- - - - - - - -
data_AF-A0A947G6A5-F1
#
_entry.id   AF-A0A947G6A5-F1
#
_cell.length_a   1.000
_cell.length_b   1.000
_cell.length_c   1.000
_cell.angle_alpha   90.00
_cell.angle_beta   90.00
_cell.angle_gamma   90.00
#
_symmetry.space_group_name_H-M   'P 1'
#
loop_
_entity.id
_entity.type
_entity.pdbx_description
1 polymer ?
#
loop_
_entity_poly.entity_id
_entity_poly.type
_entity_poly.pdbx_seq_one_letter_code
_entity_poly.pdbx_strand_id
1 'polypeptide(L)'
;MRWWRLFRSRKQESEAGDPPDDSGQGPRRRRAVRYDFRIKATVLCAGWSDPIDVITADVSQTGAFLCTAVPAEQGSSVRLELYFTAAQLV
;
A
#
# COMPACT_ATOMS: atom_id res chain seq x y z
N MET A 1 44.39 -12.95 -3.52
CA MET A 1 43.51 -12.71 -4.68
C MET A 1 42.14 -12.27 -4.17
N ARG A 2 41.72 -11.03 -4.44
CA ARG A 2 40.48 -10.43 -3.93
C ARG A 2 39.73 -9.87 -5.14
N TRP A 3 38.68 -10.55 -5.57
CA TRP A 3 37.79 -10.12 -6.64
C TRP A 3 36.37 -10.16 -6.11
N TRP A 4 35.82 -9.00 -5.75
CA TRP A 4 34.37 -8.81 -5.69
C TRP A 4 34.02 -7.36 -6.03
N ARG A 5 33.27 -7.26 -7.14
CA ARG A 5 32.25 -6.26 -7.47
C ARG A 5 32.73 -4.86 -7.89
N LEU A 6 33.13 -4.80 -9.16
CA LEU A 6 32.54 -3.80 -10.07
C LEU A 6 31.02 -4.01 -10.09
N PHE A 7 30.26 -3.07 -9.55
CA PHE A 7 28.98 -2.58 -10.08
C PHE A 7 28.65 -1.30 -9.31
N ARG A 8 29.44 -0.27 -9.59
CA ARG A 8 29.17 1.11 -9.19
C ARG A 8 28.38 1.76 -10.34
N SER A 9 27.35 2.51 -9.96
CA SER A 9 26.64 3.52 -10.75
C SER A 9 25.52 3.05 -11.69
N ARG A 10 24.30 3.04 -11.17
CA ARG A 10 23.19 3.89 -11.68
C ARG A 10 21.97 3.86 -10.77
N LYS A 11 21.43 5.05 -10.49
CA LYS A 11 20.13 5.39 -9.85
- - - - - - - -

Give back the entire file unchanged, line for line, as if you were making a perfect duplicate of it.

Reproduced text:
data_AF-A0A947G6A5-F1
#
_entry.id   AF-A0A947G6A5-F1
#
_cell.length_a   1.000
_cell.length_b   1.000
_cell.length_c   1.000
_cell.angle_alpha   90.00
_cell.angle_beta   90.00
_cell.angle_gamma   90.00
#
_symmetry.space_group_name_H-M   'P 1'
#
loop_
_entity.id
_entity.type
_entity.pdbx_description
1 polymer ?
#
loop_
_entity_poly.entity_id
_entity_poly.type
_entity_poly.pdbx_seq_one_letter_code
_entity_poly.pdbx_strand_id
1 'polypeptide(L)'
;MRWWRLFRSRKQESEAGDPPDDSGQGPRRRRAVRYDFRIKATVLCAGWSDPIDVITADVSQTGAFLCTAVPAEQGSSVRLELYFTAAQLV
;
A
#
# COMPACT_ATOMS: atom_id res chain seq x y z
N MET A 1 44.39 -12.95 -3.52
CA MET A 1 43.51 -12.71 -4.68
C MET A 1 42.14 -12.27 -4.17
N ARG A 2 41.72 -11.03 -4.44
CA ARG A 2 40.48 -10.43 -3.93
C ARG A 2 39.73 -9.87 -5.14
N TRP A 3 38.68 -10.55 -5.57
CA TRP A 3 37.79 -10.12 -6.64
C TRP A 3 36.37 -10.16 -6.11
N TRP A 4 35.82 -9.00 -5.75
CA TRP A 4 34.37 -8.81 -5.69
C TRP A 4 34.02 -7.36 -6.03
N ARG A 5 33.27 -7.26 -7.14
CA ARG A 5 32.25 -6.26 -7.47
C ARG A 5 32.73 -4.86 -7.89
N LEU A 6 33.13 -4.80 -9.16
CA LEU A 6 32.54 -3.80 -10.07
C LEU A 6 31.02 -4.01 -10.09
N PHE A 7 30.26 -3.07 -9.55
CA PHE A 7 28.98 -2.58 -10.08
C PHE A 7 28.65 -1.30 -9.31
N ARG A 8 29.44 -0.27 -9.59
CA ARG A 8 29.17 1.11 -9.19
C ARG A 8 28.38 1.76 -10.34
N SER A 9 27.35 2.51 -9.96
CA SER A 9 26.64 3.52 -10.75
C SER A 9 25.52 3.05 -11.69
N ARG A 10 24.30 3.04 -11.17
CA ARG A 10 23.19 3.89 -11.68
C ARG A 10 21.97 3.86 -10.77
N LYS A 11 21.43 5.05 -10.49
CA LYS A 11 20.13 5.39 -9.85